For over four decades, VHA has worked closely with the Art Institute on modifications to its iconic campus, most notably the historic Allerton and Gunsaulus buildings along Michigan Avenue.
In the 1970s, founding principal John Vinci spearheaded the preservation and reconstruction of Adler & Sullivan's Stock Exchange Trading Room within the then-new facility on Columbus Drive. More recently, VHA directed the re-installations of the museum's iconic stained glass Chagall Windows. In between, we have assisted with numerous other projects that have helped to restore and clarify the museum's historic architecture. Three of these projects are highlighted below.
After a five-year absence, Marc Chagall’s America Windows returned to public view in November of 2010 as the centerpiece of a new installation examining public art in Chicago. VHA worked closely with museum curators and conservators, researching the original installation and developing a gallery design consistent with Chagall’s intent while improving the conditions for object conservation and visitor experience.
VHA also consulted on the renovation of the adjacent Rubloff lobby gallery and the installation of public sculpture maquettes complementing the windows.
A special challenge in the project was achieving proper illumination via artificial light sources only, a conservation requirement for the fragile windows. The solution, a shallow light box space behind the glass with diffusing curtains, provides optimal color and adjustable brightness levels for various installation needs.
Photos by Eric Hausman
Allerton and Gunsaulus Halls
In preparation for the opening of the Modern Wing, the Art Institute renovated much of its existing museum campus. VHA directed the reinstallation of the museum's European Painting and Sculpture galleries within the iconic 1893 Allerton building and historic Gunsaulus Hall galleries.
Working closely with the museum's curators, galleries were replanned to create a comprehensive historical narrative incorporating selections from the museum's collection of decorative arts.
Work included the restoration of an original corner gallery within the Allerton building, removed in 1915; accessibility upgrades, including a new ramp and stair at a key campus intersection; art display upgrades, including new cases, lighting systems, and color schemes; and fire suppression systems, installed throughout Gunsaulus Hall.
The Art Institute of Chicago's historic reading room was designed in 1901 by the Boston firm of Shepley, Rutan and Coolidge, architects of the original Art Institute of Chicago building (1893). VHA's renovation modernized the library's patron facilities while restoring its original decorative scheme.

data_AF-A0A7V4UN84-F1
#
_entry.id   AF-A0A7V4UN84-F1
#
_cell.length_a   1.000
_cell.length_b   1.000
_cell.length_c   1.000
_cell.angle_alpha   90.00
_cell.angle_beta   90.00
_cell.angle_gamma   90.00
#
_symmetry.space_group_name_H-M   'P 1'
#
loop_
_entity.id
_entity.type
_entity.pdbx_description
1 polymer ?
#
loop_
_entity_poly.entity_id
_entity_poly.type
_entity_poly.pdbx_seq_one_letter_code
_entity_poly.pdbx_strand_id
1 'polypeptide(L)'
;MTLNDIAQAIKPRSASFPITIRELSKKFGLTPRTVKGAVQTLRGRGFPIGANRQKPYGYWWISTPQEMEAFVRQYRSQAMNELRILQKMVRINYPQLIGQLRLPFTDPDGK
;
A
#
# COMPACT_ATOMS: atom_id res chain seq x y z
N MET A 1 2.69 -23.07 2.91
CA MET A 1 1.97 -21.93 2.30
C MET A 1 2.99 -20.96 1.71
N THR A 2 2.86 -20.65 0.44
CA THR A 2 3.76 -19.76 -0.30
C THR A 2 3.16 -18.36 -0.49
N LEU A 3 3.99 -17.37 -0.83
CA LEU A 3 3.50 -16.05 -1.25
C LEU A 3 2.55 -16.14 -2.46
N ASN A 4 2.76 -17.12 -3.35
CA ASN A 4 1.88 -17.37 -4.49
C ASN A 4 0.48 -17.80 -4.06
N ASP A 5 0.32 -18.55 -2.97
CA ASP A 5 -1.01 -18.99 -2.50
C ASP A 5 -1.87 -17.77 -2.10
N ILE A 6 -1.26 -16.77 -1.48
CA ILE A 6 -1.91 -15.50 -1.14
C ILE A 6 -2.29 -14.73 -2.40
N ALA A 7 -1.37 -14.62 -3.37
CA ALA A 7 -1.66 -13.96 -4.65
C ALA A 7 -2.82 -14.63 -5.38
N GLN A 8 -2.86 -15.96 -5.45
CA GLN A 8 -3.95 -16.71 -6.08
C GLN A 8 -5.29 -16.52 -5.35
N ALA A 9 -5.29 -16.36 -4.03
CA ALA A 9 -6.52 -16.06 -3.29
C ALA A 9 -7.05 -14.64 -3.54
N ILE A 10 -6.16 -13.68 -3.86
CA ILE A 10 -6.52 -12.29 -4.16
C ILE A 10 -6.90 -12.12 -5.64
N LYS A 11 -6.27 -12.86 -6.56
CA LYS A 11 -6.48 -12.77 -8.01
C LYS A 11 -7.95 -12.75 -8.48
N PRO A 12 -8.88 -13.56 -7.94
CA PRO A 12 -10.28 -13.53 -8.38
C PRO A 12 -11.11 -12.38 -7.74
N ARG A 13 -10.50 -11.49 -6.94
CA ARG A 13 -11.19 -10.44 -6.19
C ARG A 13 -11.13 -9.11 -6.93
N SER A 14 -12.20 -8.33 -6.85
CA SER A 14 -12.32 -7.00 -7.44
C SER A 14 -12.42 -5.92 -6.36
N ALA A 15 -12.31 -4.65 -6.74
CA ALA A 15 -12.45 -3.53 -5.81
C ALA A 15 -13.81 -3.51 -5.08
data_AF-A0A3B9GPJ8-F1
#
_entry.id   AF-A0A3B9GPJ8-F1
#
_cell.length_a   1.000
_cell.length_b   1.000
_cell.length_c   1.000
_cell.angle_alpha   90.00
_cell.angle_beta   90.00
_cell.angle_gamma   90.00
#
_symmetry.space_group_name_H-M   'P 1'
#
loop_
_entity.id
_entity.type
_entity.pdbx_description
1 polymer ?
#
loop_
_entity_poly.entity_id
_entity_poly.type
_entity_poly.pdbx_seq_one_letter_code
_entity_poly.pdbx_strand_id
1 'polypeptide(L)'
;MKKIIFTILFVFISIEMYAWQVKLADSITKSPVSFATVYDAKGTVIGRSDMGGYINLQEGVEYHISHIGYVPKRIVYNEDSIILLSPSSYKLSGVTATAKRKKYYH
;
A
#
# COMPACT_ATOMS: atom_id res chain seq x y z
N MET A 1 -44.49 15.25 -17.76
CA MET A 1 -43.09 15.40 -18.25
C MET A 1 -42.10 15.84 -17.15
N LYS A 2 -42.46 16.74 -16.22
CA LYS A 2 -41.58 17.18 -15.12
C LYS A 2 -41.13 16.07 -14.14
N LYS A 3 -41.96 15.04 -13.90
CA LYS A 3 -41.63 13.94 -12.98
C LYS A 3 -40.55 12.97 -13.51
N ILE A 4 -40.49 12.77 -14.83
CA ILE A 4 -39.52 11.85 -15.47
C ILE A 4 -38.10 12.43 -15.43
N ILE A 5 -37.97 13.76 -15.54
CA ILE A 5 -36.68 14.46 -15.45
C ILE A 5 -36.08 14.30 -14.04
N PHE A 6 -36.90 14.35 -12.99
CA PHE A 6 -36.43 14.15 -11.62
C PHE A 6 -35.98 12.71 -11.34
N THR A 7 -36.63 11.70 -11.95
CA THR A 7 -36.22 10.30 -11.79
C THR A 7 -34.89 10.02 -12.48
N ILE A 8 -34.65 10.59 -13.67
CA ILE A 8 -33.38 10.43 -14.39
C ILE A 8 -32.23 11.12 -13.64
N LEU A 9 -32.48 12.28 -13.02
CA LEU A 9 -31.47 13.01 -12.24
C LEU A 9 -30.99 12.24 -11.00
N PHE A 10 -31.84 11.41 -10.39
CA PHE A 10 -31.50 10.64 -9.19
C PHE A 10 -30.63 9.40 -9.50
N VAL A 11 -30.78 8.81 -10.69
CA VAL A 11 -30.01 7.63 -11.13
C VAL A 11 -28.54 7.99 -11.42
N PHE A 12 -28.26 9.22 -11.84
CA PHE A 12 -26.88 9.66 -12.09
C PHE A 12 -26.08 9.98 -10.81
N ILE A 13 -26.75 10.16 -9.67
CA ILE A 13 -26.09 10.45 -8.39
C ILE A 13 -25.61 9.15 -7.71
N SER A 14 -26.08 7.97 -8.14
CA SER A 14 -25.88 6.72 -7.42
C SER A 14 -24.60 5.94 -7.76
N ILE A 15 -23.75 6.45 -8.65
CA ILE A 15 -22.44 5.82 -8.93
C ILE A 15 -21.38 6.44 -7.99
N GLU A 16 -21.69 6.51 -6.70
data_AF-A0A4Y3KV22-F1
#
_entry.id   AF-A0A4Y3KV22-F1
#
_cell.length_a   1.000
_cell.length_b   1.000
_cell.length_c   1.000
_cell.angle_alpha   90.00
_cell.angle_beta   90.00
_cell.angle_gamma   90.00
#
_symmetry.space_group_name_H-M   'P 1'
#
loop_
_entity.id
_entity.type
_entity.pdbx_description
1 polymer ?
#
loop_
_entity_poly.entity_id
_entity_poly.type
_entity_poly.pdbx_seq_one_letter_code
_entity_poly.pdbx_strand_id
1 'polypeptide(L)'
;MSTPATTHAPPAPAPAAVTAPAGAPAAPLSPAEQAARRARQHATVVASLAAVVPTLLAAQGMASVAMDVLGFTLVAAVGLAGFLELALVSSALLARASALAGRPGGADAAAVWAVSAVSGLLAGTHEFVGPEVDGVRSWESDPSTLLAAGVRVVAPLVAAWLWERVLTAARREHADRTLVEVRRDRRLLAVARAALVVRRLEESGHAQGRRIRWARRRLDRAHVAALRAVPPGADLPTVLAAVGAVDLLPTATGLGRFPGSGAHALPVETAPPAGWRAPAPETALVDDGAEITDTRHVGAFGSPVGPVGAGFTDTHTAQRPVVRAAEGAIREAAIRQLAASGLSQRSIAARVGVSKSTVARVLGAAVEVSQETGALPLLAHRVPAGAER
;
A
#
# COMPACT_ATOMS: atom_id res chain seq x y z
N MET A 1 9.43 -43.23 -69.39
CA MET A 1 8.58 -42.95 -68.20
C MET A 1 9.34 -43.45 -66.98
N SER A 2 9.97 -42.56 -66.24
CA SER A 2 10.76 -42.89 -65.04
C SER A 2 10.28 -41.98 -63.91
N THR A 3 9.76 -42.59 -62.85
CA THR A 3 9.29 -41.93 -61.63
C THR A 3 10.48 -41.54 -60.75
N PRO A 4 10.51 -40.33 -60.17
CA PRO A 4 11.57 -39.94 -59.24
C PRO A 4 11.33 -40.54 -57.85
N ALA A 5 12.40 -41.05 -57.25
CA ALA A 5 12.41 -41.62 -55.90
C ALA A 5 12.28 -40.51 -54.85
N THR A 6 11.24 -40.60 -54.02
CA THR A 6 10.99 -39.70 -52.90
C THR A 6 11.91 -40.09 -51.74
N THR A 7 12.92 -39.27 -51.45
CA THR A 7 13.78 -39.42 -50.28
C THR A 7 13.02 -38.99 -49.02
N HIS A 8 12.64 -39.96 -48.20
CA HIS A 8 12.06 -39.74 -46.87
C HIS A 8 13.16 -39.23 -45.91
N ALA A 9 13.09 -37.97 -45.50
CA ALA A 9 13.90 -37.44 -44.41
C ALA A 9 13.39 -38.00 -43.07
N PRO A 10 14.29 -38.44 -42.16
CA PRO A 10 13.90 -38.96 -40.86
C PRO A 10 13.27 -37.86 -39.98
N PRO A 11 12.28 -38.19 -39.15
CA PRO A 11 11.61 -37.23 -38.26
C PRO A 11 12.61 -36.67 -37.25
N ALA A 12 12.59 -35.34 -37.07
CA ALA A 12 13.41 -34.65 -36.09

The purpose of this project was to modernize the library’s patron facilities, including reworking of reception desks, casework and reference tables. New in-floor raceways were installed to accommodate data and power cables for access to the library’s electronic card-catalog system.
Work included restoration of the original paint colors, glazes, gold leafing, the design of custom period carpeting, and a readjustment of the room's light levels. Also included was the design of new millwork pieces for reception, circulation and reference areas, the reworking of existing library shelving and tables, and the restoration of original millwork.
Photos by Judith Bromley
Lobby and Grand Stair
In the mid-1980s, VHA was commissioned to re-establish the Art Institute's original 1893 Beaux Arts circulation plan, which has as its focus the building's grand stair and adjacent Michigan Avenue Lobby. The lobby's coffered ceiling was restored and custom light fixtures, based on original designs, were introduced. A marble reception desk was created to consolidate museum admission and information functions. The Grand Stair and skylight were restored and VHA installed fragments from Chicago's lost architectural treasures in the space.
The original balustrade was restored, mahogany handrails were refinished, the existing skylight was re-glazed, and lighting was improved. Selections from the museum's collection of architectural fragments were installed on the walls of the upper stair hall, along with other sculptural objects.
Photos by Bob Thall
Chicago Stock Exchange Trading Room
Completed in 1894 to the design of Adler and Sullivan, the Chicago Stock Exchange was demolished in 1973. Prior to its demolition, VHA principal John Vinci spearheaded efforts to preserve the building, resulting in the salvage and reconstruction of the building's trading room and entry arch at the Art Institute's Columbus Drive complex.
Restoration work was based on site investigation prior to demolition and historical research documenting missing elements. During reconstruction, archaic materials and technologies were employed, including multi-register stenciling, ornamental plasterwork, scagliola surfacing and the restoration of art glass skylights.
General Contractor: Pepper Construction
Structural Engineer: Johnson Engineering Systems and Wiss, Janney, Elstner Associates
M/E/P Engineer: McGuire Engineering and WMA Engineers
Lighting: Lux Populi and Schuler Shook
Photographer: Eric Hausman, Judith Bromley, Bob Thall, HABS, Hedrich-Blessing, John Vinci